Building genuine relationships with clients requires good communication skills. It’s nearly impossible to find a buyer’s pain points without frequent interaction.
It’s critical to remember that communication entails more than speaking effectively and eloquently. Especially with the rise of omnichannel communication, adapting to different mediums is essential.
Today, you can communicate via email, social media comments, video calls, and more. Failing to do can be costly in your job. As customers may even decide to stop doing business with you.
Sales agents who call leads 6 times boost their contact rate by 70%. This means that persistent efforts to communicate pay off in the long run. The key to meaningful interactions and effective communication lies in the next point, active listening.
15. Active listening
“Active listening” ranks first among the qualities consumers value most in sales reps. Sales reps tend to gain a reputation for talking rather than listening attentively.
It makes sense to want to talk more because you need to convey the benefits of your product. But listening is of much higher importance when it comes to recognizing buyer needs.
When a rep fails to actively listen, the prospect receives the following negative messages.
- The rep wants to close the deal asap so that he or she can move on to the next deal.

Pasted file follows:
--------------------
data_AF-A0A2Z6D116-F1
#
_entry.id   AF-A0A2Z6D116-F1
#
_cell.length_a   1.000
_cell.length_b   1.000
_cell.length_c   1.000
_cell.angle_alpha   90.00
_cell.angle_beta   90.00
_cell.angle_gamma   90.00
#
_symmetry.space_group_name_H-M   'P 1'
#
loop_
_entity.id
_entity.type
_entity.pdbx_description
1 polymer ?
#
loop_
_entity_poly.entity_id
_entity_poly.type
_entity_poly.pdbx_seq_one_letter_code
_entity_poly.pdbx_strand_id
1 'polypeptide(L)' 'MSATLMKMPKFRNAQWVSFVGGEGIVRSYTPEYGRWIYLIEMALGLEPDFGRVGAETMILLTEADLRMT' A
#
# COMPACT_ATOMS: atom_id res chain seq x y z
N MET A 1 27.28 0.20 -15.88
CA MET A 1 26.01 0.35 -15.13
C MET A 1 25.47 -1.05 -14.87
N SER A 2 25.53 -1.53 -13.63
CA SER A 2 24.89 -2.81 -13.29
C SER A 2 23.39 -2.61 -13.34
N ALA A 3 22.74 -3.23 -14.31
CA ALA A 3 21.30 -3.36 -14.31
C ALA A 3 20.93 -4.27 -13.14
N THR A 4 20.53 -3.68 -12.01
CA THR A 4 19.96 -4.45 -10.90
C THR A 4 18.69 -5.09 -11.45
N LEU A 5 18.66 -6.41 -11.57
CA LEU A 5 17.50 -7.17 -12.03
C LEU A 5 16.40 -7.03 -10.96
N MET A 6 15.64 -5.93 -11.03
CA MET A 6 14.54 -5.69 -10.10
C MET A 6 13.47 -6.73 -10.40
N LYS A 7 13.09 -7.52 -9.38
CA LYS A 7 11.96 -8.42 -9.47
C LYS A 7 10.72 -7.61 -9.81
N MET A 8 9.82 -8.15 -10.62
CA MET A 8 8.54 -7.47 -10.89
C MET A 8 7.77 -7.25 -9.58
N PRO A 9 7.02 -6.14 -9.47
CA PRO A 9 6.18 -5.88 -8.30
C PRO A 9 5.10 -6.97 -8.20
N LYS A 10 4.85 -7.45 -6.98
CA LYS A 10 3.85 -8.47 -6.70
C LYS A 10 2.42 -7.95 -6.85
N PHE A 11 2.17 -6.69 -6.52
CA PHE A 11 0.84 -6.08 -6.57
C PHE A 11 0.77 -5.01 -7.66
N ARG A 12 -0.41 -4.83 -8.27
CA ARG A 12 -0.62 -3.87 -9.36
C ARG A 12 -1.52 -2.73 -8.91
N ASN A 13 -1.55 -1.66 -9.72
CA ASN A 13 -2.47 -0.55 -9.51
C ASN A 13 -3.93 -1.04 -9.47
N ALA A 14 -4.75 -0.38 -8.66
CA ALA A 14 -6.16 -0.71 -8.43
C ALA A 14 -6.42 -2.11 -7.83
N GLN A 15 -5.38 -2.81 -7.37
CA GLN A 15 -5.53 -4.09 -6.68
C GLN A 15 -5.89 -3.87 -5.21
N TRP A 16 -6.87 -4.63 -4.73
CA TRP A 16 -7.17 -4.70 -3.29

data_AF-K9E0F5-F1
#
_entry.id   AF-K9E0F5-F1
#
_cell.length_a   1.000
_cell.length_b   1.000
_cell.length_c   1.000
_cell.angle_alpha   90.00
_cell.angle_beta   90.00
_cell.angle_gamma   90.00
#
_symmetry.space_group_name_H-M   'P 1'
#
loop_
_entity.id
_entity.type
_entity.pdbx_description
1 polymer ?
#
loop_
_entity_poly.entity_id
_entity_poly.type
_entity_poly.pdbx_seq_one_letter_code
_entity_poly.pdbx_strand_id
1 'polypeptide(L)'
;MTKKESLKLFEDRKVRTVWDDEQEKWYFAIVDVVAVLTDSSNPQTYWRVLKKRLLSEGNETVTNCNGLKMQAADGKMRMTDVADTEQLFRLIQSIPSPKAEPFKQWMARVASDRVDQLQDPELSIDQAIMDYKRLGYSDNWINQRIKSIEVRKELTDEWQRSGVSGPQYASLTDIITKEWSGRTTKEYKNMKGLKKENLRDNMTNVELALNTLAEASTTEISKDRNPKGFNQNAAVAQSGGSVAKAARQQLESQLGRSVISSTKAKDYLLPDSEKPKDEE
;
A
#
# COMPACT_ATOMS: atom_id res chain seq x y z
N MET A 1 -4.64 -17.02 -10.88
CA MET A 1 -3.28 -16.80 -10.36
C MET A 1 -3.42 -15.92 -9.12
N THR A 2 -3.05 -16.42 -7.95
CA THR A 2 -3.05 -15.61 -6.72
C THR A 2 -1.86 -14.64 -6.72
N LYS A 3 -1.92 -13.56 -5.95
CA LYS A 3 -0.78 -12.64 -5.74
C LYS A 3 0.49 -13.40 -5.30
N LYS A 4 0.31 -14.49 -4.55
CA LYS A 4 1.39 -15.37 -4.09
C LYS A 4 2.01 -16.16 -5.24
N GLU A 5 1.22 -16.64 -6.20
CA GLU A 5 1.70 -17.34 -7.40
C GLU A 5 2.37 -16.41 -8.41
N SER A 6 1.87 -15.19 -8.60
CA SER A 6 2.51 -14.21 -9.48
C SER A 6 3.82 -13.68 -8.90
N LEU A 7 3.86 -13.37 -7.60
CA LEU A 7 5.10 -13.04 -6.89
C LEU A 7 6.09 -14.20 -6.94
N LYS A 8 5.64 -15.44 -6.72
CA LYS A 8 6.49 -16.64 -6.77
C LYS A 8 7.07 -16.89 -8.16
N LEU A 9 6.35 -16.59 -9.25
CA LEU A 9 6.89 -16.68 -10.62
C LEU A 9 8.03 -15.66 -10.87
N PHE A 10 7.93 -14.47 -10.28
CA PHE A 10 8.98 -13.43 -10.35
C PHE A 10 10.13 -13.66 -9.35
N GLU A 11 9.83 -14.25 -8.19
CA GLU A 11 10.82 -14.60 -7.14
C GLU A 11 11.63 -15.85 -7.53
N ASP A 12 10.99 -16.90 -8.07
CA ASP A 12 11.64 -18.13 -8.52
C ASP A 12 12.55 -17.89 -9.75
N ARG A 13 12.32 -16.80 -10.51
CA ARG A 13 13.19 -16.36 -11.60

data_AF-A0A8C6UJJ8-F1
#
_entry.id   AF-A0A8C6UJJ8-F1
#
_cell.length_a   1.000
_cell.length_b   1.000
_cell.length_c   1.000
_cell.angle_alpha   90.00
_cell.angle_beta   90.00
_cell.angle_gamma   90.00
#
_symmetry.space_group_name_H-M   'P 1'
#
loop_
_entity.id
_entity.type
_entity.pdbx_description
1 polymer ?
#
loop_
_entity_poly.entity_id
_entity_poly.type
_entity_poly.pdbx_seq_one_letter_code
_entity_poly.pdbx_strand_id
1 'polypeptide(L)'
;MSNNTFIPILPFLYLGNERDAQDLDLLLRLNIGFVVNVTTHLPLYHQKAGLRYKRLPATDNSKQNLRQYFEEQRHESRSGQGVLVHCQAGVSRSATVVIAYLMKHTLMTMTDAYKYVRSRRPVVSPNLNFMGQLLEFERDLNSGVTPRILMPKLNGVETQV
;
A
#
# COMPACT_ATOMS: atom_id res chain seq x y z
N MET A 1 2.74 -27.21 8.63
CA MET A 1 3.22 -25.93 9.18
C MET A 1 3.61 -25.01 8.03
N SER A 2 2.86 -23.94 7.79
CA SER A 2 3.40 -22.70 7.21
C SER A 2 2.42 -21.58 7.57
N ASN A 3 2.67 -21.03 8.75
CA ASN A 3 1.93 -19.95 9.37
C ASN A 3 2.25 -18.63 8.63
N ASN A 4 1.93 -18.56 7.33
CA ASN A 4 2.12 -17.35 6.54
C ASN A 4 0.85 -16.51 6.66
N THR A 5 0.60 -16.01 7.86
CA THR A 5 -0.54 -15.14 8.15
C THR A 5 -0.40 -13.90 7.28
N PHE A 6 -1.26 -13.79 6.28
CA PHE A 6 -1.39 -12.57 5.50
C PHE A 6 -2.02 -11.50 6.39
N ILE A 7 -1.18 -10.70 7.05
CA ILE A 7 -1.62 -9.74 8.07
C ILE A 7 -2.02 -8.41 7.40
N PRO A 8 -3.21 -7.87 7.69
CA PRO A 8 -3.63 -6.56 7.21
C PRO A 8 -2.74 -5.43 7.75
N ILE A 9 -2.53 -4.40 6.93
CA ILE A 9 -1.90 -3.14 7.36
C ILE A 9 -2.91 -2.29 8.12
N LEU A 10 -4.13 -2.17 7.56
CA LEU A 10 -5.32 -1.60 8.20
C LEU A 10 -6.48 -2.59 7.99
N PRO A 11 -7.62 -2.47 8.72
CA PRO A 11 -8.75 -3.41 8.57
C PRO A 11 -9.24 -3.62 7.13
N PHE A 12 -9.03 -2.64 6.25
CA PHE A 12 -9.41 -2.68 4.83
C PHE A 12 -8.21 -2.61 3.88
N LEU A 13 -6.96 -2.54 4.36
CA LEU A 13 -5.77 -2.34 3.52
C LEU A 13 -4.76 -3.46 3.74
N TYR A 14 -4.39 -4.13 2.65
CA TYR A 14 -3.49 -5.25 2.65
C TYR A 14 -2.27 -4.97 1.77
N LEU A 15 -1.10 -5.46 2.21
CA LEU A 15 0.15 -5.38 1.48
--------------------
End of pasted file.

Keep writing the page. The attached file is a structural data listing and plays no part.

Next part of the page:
- The salesperson’s requirements are greater than those of the potential customer.
In contrast, when a rep actively listens to client needs:
- The client recognizes your respect for their needs and feels understood.
- The few objections you receive will revolve around the challenges they face rather than your product.
- The prospect is confident that the solution purchased will genuinely meet their requirements.
More listening than talking is also a mantra for success in closing deals.
When you listen actively, you can figure out whether your product is a good fit for your lead. Consequently, you will build a trustworthy and reliable reputation among your clients.
Probing is the precursor to any form of long-term communication with your clients. Most sales reps use the foot-in-door technique to probe for an answer or insight. The foot-in-door technique relies on what most people call the psychology of compliance.
Compliance is a kind of social influence in which a person does what another person wants them to do, usually in response to a request or suggestion. It’s similar to conformity, except instead of an order, it’s a request.
The foot in the door technique is a compliance strategy based on the assumption that agreeing to a minor request enhances the likelihood of agreeing to a larger request in the future.